A couple of infill shoulderplanes.
When I was a kid, my father was always making things for me, for our house, and also for other people. He had the usual 1960s power tools (tablesaw, circular saw, sander, beltsander, drill, Radial arm saw, etc.) as well as various handtools. Most of my father's woodwoking projects were well-made, functional stuff in a contemporary (now somewhat dated) style. Where he really excelled was in metalworking. He built himself a lathe before immigrating to this side of the Atlantic, and a small milling machine during his forties ( link). His plan was to use these to build model steam engines in his retirement. As I got older, he encouraged me to use the safer tools in his shop to make things for myself. Being a kid, I had little patience for his level of perfectionism, so my favorite strategy as I was working on a project was to ask for his help. Still, I did pick up the general attitude that a person could make what he or she wanted.
After I moved out of my parent's home, I took a bit of that attitude with me, but I had few tools, especially few of the power tools that I thought of as necessary to make anything very interesting. So I made the occassional functional but ugly futon bedframe that one can make with a circular saw and screwdriver, and the odd bookcase.
During gradschool though, I started building a dulcimer for a friend and checking out books on how to make instruments and other things of wood. I noticed a decided emphasis on hand tools, and having no shop space the obvious strategy was to hit the local flea markets and pick up some planes, chisels and so on to use while working on the porch. I also got a lot of nice help from the manager of the Princeton Physics Department Shop, who let me use their power tools (mostly lathes, bandsaws and drills) to do operations I thought I could not do at home with handtools. I ended up making a telecaster copy and my workbench during that time.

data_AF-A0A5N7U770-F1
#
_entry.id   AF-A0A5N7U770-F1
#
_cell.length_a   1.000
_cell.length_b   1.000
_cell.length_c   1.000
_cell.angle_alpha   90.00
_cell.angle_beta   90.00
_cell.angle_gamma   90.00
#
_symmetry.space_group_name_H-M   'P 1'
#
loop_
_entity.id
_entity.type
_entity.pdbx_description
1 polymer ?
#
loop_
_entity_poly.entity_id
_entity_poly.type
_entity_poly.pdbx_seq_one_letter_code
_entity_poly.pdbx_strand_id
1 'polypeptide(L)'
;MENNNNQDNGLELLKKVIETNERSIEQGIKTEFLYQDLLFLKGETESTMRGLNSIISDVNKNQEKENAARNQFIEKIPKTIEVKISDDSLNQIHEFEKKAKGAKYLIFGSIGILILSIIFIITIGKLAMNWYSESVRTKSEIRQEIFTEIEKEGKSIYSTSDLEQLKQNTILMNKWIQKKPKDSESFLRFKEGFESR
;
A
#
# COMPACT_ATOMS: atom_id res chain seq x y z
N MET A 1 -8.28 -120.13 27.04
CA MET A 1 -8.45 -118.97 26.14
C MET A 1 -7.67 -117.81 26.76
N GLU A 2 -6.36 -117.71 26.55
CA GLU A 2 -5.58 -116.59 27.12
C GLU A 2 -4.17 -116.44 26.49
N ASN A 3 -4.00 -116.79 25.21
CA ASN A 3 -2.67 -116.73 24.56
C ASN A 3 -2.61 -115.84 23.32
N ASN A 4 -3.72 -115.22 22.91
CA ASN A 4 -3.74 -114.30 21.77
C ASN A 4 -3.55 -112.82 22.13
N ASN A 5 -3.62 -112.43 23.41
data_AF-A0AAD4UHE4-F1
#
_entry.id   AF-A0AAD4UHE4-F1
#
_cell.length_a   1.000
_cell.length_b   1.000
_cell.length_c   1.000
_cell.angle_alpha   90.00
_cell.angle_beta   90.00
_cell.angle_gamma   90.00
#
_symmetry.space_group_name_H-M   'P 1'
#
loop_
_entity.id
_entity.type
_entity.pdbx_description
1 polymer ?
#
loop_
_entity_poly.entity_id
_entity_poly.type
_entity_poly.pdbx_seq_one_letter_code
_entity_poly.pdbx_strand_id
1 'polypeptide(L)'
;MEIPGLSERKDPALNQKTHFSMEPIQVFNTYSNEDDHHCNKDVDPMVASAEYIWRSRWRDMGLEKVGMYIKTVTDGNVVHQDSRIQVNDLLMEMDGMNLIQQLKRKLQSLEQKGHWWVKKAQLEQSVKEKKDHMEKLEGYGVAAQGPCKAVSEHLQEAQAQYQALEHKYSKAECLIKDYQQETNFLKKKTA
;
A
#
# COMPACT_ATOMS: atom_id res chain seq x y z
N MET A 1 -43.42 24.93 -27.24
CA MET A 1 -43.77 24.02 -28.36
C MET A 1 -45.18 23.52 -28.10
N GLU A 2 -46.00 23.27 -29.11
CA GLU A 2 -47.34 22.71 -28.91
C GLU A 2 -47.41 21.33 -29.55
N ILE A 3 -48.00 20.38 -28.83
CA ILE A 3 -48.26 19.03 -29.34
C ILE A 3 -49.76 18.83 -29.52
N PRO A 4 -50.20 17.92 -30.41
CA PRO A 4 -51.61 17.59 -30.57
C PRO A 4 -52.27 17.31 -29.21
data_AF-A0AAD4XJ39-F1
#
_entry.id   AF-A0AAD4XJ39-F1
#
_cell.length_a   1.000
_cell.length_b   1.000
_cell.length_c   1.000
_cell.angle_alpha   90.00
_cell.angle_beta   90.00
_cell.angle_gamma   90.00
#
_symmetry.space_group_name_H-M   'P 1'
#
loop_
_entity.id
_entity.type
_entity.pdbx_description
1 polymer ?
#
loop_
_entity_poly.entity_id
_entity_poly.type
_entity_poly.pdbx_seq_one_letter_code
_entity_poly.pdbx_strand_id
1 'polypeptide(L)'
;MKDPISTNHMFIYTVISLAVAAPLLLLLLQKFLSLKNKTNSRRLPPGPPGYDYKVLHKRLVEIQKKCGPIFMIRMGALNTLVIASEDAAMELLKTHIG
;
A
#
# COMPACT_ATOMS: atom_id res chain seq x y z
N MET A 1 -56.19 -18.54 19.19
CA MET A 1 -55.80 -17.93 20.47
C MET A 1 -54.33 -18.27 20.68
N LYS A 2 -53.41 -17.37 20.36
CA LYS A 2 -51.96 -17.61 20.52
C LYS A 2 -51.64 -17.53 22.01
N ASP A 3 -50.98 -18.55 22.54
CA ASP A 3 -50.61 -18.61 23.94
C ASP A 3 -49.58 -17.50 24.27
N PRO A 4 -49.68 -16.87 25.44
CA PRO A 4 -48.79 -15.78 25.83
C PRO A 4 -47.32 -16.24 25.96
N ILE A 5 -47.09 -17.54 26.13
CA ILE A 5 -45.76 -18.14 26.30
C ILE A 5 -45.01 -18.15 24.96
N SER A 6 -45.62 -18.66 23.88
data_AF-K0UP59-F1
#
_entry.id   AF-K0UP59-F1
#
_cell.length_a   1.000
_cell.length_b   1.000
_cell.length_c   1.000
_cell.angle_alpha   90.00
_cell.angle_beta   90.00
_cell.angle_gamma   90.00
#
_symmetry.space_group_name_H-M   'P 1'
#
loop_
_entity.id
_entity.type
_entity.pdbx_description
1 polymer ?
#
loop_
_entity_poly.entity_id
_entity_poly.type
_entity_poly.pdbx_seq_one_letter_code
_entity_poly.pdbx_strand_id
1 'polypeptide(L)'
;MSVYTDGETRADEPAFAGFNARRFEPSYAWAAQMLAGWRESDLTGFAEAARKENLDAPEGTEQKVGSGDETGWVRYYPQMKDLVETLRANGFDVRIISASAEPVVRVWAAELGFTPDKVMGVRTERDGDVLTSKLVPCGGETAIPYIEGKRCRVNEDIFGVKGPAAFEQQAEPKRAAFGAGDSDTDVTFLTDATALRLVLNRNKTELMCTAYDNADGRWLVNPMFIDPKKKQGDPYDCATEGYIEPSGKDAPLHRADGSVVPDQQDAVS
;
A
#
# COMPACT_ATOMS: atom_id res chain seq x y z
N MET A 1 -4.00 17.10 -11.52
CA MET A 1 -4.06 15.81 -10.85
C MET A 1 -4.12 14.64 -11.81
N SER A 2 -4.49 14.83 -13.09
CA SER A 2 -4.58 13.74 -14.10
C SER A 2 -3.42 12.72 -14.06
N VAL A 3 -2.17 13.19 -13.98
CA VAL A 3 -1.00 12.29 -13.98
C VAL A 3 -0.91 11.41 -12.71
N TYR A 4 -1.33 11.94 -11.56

Over the years my woodworking has evolved to using handtools a much greater percentage of the time. Part of that has to do with the dust and noise that power tools make. And part just has to do with liking the aesthetic qualities of old and old-style handtools. I still use power tools for certain operations (especially ripsawing) but I often tend to avoid power tools except for older machines that still get me excited.
One result of this is that I've amassed a pretty good assortment of nice old hand woodoworking tools. Many of these cane from the abovementioned flea markets and garage sales, but a number of others have been found at meetings of the Midwest Tool Collectors (or MWTCA ). One of my nicest finds was an old carpenter's chest with most of the tools dating from the early 1900s. I've written an article about it for OldhouseChronicle which you can find at http://www.oldhousechronicle.org/archives/vol02/issue14/masthead.html.
Sadly, my father kept working until late in his life, and he had enough heart problems that he did less model making in his retirement years than I think he had planned. He did build one beautiful model steam boiler that I'll post a photo of here soon. And he made lots of projects for his grandkids much as he had done for my sister and I in our childhood.
I plan to use this page for links to my woodworking and tool-related interests. I'll be posting some photos of projects and hopefully useful info on older handtools and their use. Among the projects I've made are an acoustic and an electric guitar, my workbench, several boxes, and stereo equipment cabinets. You can see some of these by following the projects link in the sidebar.
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